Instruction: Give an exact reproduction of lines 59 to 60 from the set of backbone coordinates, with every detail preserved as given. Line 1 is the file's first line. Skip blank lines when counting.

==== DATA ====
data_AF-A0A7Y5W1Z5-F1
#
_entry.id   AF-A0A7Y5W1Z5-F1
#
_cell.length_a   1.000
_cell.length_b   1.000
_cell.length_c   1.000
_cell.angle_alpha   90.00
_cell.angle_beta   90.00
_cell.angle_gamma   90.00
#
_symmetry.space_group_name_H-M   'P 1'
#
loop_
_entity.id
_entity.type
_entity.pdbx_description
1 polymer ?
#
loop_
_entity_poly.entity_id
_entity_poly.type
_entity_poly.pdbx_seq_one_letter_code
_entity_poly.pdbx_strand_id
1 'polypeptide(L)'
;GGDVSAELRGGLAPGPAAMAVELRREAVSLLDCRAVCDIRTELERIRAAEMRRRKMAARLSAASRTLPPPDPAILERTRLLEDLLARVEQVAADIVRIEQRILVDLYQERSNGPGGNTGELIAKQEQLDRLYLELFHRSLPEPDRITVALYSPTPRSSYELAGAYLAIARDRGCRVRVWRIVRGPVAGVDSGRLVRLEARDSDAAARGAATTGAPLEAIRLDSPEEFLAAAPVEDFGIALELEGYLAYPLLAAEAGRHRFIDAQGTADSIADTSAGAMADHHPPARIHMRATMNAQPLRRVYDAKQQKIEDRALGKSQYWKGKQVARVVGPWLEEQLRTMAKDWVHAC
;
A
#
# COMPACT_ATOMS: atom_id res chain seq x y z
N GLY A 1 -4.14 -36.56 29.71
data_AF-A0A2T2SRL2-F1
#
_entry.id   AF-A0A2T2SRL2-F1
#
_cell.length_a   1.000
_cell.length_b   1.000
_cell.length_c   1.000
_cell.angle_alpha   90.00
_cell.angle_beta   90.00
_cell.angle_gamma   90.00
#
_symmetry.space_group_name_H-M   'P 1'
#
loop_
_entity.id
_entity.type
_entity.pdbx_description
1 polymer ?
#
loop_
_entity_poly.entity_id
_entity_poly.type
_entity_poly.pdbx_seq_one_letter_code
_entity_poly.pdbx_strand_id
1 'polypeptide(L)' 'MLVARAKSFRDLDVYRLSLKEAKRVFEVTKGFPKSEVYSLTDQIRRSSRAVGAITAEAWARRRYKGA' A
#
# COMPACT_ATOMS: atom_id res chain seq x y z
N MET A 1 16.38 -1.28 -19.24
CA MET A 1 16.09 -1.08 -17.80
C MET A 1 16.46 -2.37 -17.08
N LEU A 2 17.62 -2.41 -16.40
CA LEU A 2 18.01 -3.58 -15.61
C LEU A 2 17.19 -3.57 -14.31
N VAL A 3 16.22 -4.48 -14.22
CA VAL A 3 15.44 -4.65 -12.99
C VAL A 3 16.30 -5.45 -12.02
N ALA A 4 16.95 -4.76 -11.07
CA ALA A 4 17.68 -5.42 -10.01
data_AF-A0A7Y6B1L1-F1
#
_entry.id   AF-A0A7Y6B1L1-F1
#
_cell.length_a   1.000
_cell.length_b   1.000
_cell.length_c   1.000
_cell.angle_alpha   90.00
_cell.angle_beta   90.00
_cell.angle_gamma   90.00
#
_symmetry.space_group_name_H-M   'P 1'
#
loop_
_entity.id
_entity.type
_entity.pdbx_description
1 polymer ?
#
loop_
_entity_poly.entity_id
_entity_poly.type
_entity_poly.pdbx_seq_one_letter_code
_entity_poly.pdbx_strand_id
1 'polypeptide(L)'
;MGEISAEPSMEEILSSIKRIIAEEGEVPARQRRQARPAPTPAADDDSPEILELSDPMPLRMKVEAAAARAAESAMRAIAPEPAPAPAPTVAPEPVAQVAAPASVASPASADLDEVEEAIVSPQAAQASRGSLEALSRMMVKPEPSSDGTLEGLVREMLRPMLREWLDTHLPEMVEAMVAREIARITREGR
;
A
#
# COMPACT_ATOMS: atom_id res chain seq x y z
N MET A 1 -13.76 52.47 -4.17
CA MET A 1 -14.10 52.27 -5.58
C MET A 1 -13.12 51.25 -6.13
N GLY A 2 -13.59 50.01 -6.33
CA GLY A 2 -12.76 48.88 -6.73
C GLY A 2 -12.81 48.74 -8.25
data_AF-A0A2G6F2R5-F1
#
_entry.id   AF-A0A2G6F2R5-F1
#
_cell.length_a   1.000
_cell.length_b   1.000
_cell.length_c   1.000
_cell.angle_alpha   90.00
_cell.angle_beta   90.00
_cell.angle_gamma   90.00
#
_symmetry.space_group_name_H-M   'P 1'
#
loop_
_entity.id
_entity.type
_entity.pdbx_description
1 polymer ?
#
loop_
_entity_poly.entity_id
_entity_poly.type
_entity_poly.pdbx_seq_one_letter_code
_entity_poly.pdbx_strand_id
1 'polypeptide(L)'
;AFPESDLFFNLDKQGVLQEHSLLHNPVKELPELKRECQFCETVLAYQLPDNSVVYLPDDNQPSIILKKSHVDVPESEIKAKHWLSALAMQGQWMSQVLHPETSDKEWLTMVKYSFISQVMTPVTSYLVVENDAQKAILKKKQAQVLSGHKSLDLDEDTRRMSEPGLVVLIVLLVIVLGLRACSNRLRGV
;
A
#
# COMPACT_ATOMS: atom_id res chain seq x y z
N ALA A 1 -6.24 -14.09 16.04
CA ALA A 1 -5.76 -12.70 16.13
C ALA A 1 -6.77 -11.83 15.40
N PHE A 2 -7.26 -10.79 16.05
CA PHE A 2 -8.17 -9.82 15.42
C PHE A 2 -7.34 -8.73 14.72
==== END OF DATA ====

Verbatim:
N MET A 1 16.38 -1.28 -19.24
CA MET A 1 16.09 -1.08 -17.80